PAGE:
A pictures shows the logo signage on the front of a branch of British food retailer Aldi in London on February 9, 2013. The British supermarket chain Aldi voiced anger on February 8 after finding that two of its own brand frozen ready meal ranges -- beef lasagne and spaghetti bolognese -- contained between 30 and 100 percent horsemeat. The meals were all produced in Luxembourg for French supplier Comigel, which said the horsemeat used originally came from a Romanian abattoir via a meat-processing firm called Spanghero in southwest France. AFP PHOTO / WILL OLIVER        (Photo credit should read WILL OLIVER/AFP via Getty Images)
The Clever Reason Aldi Products Are Covered With Barcodes
By Chris Day
While some stores use techniques to get shoppers to spend as much time and money in the store as possible, Aldi wants you to be able to "get in, get out and get home to your family," per its website. Efficiency and speed are key parts of its business model, which involves a no-fail scanning system.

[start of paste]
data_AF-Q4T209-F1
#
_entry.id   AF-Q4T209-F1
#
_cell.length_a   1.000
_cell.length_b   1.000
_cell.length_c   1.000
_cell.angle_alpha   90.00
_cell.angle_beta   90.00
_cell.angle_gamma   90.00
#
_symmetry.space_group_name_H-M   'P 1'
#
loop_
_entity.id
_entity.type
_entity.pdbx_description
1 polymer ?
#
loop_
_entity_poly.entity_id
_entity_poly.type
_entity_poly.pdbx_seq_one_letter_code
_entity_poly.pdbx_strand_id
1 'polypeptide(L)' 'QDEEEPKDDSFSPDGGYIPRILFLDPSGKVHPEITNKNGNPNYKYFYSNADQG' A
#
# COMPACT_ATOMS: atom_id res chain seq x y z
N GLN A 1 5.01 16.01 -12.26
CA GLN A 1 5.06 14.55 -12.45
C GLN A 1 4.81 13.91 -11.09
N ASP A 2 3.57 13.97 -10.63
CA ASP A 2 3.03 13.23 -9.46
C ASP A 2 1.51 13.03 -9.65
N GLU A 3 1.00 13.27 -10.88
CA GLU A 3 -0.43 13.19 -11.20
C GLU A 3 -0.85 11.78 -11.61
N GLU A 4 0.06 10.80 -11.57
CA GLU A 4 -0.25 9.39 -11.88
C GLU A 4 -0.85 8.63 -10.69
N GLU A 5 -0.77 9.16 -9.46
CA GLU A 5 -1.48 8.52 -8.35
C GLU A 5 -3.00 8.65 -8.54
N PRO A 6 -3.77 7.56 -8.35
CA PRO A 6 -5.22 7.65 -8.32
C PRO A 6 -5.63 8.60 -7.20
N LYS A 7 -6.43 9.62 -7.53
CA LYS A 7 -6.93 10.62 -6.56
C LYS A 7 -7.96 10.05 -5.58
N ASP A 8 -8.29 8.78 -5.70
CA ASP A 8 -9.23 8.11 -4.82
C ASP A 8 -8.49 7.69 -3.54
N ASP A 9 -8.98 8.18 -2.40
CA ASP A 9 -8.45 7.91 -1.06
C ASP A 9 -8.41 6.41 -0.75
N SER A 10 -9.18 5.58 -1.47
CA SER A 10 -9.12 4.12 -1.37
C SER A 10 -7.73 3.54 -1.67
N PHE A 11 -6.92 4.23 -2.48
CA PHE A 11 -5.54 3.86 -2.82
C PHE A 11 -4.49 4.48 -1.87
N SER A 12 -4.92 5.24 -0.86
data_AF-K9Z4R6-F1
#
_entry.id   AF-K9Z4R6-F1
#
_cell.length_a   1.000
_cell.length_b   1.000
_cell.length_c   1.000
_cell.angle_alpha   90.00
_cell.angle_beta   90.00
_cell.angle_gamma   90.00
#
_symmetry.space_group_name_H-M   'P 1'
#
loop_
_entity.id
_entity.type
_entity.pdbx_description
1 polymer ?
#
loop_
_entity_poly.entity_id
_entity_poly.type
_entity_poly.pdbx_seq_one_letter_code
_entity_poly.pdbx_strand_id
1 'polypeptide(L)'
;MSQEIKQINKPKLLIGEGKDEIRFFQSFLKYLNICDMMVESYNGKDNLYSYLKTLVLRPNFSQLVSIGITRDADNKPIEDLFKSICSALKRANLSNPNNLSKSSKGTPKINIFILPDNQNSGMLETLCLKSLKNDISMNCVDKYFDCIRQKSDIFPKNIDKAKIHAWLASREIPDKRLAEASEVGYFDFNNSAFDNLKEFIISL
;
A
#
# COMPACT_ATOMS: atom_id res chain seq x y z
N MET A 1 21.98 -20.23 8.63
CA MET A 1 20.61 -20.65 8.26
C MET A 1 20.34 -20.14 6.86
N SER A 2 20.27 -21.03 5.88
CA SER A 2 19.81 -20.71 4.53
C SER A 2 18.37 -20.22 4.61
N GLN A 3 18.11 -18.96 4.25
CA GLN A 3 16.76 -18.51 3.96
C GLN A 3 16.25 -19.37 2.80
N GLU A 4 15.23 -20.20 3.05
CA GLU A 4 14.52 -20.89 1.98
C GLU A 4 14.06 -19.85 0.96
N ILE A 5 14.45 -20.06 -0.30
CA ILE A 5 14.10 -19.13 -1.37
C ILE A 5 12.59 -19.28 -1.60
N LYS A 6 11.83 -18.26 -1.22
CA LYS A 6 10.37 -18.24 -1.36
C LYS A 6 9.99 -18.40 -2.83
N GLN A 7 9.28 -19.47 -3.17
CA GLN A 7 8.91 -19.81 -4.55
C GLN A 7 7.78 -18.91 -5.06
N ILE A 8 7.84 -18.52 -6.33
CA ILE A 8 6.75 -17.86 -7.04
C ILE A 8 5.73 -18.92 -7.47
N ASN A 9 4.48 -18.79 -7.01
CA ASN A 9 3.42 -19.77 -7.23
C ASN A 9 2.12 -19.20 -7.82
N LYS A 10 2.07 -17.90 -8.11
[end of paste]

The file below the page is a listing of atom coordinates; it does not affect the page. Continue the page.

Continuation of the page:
Aldi cashiers are closely watched to see how quickly they can get customers through a line, and the company does everything possible to streamline the checkout process, including making barcodes easy and accessible. No matter how a cashier picks up an item, they will find a barcode ready to scan, eliminating the need to be precise in scanning and saving considerable time.
According to Forbes, this barcode strategy allows cashiers to check out items 40% faster than rival stores, finishing the checkout process in as little time and with as few movements as possible. This speed and efficiency enable Aldi to keep its prices low.